Bulgarian, Polish Archaeologists Set for Annual Excavations of Roman Military Camp Novae near Svishtov in July

The partially restored ruins of the Roman city and military camp of Novae were unveiled in 2014. The restoration was funded mostly with EU money. Photo: Svishtov Municipality

The partially restored ruins of the Roman city and military camp of Novae were unveiled in 2014. The restoration was funded mostly with EU money. Photo: Svishtov Municipality

Archaeologists from Bulgaria and Poland are planning to start their annual summer excavations of the Ancient Roman military camp and fortress Novae near the Danube town of Svishtov in mid July, 2015.

The team of the Veliko Tarnovo Regional Museum of History, which traditionally excavates Novae, has requested BGN 40,000 (app. EUR 20,000) for the excavations, lead archaeologist Prof. Pavlina Vladkova has announced, as cited by local newspaper Yantra Dnes.

“We expect that the [Ministry of Culture] will allocate funding for [the excavations of] b. We have requested BGN 40,000, and we hope that they will give us at least BGN 20,000,” Vladkova has told Radio Focus Veliko Tarnovo.

The excavations of the Roman military camp, which is located near the southernmost point of the Danube River, will last for about a month and a half, until the end of August 2015, she explains.

In their exploration of Novae, the archaeologists from the Veliko Tarnovo Regional Museum of History will continue their cooperation with archaeologists from Poland.

They will welcome once again Polish archaeologists Dr. Andrzej Biernacki from the Adam Mickiewicz University in Poznan, who has been excavating the early bath of the Roman legionnaires, and Prof. Tadeusz Sarnowski from the University of Warsaw, who has been excavating the commandants office of the Roman legion which was stationed at Novae.

The finds of the Bulgarian and Polish archaeologists from last year’s excavations of the Roman military camp on the Limes Moesiae, i.e. the frontier area of the Roman Empire on the Lower Danube, will be presented at a scientific conference during the Ancient Heritage Festival “Eagle on the Danube”, which will be held in two sections, “History and Archaeology” and “Cultural Tourism”, on June 5-7, 2015, in the Danube town of Svishtov.

Prof. Vladkova has revealed that the Bulgarian archaeologists working on Novae are expecting to sign a new five-year cooperation agreement with the Adam Mickiewicz University in Poznan for excavations of a previously unexplored part of the Roman city located right next to its bishopric, which has already been restored as part of the cultural tourism project of Svishtov Municipality completed in 2014.

A map showing the most important Roman strongholds along the limes, the Lower Danube frontier of the Roman Empire. Novae is located at the southernmost point of the Danube. Map: Zeigelbrener, Wikipedia

A map showing the most important Roman strongholds along the limes, the Lower Danube frontier of the Roman Empire. Novae is located at the southernmost point of the Danube. Map: Zeigelbrener, Wikipedia

Background Infonotes:

The Roman Military Camp and Late Antiquity City of Novae is located 4 km east of the Bulgarian Danube city of Svishtov in an area called Staklen (meaning “made of glass” – because of the Ancient Roman glass fragments on the site). It was a legionary base and a Late Roman city which formed around its canabae, a civilian settlement near a Roman military camp, housing dependents, in the Roman province Moesia Inferior, later Moesia II, set up after the Roman Empire conquered Ancient Thrace south of the Danube in 46 AD. It had a total area of 44 hectares (108 acres), according to a decree of Roman Emperor Vespasian (r. 69-79 AD).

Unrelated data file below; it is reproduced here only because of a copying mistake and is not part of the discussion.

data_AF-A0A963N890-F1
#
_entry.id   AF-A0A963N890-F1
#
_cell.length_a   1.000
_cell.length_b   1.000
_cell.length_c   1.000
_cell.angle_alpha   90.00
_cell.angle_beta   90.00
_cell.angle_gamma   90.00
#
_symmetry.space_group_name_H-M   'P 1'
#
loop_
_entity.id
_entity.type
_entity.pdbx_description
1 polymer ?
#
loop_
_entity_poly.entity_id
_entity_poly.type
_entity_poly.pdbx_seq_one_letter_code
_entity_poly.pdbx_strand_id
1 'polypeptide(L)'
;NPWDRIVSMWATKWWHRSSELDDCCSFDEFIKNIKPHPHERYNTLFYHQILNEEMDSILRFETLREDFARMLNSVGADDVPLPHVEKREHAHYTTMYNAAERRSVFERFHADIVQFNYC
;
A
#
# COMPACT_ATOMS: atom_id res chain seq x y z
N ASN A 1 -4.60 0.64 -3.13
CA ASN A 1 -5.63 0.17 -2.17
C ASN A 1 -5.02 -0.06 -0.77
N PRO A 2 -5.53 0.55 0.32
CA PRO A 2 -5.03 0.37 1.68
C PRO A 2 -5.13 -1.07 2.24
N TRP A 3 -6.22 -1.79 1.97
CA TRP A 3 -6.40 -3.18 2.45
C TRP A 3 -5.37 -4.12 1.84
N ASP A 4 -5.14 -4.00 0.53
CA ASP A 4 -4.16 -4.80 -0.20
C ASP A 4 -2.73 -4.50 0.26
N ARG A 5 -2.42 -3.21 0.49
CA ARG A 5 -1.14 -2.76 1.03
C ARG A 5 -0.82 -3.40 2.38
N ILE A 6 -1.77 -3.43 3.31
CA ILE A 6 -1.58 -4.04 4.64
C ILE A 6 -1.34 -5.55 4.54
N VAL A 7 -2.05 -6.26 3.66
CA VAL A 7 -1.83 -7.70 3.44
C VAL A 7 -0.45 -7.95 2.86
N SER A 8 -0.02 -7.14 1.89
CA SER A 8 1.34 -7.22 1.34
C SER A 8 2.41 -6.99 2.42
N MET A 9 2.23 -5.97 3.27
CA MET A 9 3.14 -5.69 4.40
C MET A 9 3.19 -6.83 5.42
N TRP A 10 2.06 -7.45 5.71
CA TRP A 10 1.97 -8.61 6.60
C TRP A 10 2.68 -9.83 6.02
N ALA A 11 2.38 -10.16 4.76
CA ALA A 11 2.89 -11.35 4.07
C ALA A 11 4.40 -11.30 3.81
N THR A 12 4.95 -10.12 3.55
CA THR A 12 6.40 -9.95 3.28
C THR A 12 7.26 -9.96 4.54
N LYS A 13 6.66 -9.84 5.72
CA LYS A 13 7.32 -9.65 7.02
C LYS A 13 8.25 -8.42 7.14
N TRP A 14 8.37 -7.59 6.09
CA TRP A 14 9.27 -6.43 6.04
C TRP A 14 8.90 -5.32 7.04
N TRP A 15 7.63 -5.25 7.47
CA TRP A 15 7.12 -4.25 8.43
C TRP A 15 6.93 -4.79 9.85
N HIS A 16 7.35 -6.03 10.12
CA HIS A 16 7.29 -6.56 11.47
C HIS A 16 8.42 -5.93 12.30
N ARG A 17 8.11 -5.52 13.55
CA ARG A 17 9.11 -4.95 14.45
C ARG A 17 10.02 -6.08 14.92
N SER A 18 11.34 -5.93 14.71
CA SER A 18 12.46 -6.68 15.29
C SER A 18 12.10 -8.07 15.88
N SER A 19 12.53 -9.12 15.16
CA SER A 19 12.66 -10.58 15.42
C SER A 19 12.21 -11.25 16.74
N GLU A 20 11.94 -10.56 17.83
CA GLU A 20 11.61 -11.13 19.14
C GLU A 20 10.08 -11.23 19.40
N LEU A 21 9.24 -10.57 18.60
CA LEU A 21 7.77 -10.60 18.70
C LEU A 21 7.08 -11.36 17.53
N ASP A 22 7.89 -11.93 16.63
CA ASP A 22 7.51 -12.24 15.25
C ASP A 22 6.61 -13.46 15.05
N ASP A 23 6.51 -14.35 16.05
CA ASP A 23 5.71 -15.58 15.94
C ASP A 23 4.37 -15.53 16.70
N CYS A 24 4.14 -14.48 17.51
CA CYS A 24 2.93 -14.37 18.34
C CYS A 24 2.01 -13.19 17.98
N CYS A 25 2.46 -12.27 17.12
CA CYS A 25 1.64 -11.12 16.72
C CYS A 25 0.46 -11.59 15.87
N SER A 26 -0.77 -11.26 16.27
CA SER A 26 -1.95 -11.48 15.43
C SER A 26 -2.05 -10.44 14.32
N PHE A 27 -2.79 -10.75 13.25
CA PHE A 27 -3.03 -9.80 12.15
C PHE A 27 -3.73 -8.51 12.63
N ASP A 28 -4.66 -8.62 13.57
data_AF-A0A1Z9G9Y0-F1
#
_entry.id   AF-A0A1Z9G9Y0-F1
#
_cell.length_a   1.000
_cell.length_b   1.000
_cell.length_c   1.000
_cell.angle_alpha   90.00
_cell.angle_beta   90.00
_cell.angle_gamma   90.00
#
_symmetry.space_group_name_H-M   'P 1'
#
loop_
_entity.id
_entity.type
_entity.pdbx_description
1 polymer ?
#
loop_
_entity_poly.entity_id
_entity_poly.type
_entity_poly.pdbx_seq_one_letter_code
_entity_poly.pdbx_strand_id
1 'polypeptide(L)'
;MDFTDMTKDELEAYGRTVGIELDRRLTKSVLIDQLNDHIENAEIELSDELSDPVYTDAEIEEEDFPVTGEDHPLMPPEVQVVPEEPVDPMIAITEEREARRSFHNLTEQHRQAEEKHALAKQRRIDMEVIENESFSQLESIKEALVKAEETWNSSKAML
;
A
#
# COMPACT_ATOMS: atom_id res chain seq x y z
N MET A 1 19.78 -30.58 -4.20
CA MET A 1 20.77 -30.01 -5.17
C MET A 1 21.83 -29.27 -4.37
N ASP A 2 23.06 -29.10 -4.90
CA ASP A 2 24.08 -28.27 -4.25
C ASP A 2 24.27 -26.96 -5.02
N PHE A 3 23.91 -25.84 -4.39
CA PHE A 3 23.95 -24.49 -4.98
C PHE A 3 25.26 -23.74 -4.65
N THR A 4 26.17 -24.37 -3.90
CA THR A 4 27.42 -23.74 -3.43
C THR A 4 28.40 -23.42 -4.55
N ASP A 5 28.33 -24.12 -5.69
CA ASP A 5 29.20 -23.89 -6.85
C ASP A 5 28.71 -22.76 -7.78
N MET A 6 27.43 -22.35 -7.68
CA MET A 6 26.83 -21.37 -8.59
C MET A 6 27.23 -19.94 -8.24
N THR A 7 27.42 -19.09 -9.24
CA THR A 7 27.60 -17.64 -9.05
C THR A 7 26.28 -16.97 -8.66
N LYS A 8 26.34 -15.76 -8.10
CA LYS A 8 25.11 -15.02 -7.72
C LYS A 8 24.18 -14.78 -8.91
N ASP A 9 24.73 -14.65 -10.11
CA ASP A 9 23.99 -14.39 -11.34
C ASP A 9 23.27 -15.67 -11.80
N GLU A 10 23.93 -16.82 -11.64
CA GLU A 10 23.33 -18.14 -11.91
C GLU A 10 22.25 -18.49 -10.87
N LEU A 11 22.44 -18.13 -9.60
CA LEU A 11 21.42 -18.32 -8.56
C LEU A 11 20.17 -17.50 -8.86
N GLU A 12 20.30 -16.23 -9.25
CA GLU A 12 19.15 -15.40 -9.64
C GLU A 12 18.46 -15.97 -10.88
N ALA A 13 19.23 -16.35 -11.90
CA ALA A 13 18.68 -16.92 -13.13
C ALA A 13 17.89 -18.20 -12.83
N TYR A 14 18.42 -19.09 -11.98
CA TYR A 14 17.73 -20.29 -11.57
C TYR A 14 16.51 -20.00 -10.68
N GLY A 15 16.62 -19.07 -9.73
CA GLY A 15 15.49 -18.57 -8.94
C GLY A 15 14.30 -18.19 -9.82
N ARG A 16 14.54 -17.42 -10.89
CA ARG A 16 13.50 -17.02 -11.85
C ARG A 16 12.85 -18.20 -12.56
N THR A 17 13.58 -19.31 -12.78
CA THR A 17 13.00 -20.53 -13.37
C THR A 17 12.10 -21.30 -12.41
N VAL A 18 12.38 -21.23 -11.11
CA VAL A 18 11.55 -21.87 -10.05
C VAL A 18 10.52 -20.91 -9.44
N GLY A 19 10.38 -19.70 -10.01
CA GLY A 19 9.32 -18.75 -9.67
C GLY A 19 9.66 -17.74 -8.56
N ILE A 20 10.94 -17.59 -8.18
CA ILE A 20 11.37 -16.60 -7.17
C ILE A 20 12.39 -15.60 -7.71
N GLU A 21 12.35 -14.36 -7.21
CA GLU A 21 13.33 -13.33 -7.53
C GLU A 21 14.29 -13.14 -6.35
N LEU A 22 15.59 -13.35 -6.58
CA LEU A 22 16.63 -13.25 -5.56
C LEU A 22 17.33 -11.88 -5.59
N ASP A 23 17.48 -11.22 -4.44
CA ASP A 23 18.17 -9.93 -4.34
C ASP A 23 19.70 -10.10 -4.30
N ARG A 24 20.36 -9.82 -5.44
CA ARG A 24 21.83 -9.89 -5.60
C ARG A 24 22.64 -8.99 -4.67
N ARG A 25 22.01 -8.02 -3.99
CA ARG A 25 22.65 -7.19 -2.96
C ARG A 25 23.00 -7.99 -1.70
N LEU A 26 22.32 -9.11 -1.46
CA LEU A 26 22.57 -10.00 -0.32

Novae is located near the southernmost point of the Danube where in 48 AD the 8th August Legion (Legio VIII Augusta) was stationed after participating in the suppression of a Thracian uprising. In 69 AD, it was replaced by the First Italian Legion (Legio I Italica), which was headquartered there for the next almost 4 centuries, at least until the 430s AD, and was a major force in the defense of the so called Lower Danube limes (frontier) against barbarian invasions together with other Roman strongholds such as Sexaginta Prista (today’s Ruse), Durostorum (today’s Silistra), and Ratiaria (today’s Archar). A testimony to the importance of Novae was that it was visited by three Roman Emperors: Trajan (r. 98-117 AD), Hadrian (r. 117-138 AD), and Caracalla (r. 198-217 AD). The most prosperous times for Novae was during the Severan Dynasty (r. 193-235 AD).

In 250 AD, about 70,000 Goths led by Gothic chieftain Cniva invaded the Roman Empire by crossing the Danube at Novae; regardless of the siege, however, the fortress of Novea did not fall into the hands of the Goths. With the continuing Goth invasions and settlement in the Balkan provinces of the Roman Empire and East Roman (Byzantine) Empire in the 4th and the 5th century AD, in 418-451 AD Novae became the residence of Ostrogoth Chieftain Theodoric Strabo who was a rival of his kinsman, Theodoric the Great, King of the Germanic Ostrogoths (r. 475-526 AD).

The last traces of major construction at Novae date to the rule of Byzantine Emperor Justinian I the Great (r. 527-565 AD). At the end of the 6th and the early 7th century Novae was attacked by the Avars and the Slavs which led the Ancient Roman and Byzantine city to decline. In the late 5th and 6th centuries Novae was the center of a bishopric. Novae was last mentioned as a city in written sources in the 7th century AD. In 2014, the local authorities in Svishtov unveiled the partial restoration of the ruins of Novae with almost BGN 6 million (app. EUR 3.1 million) of EU funding.

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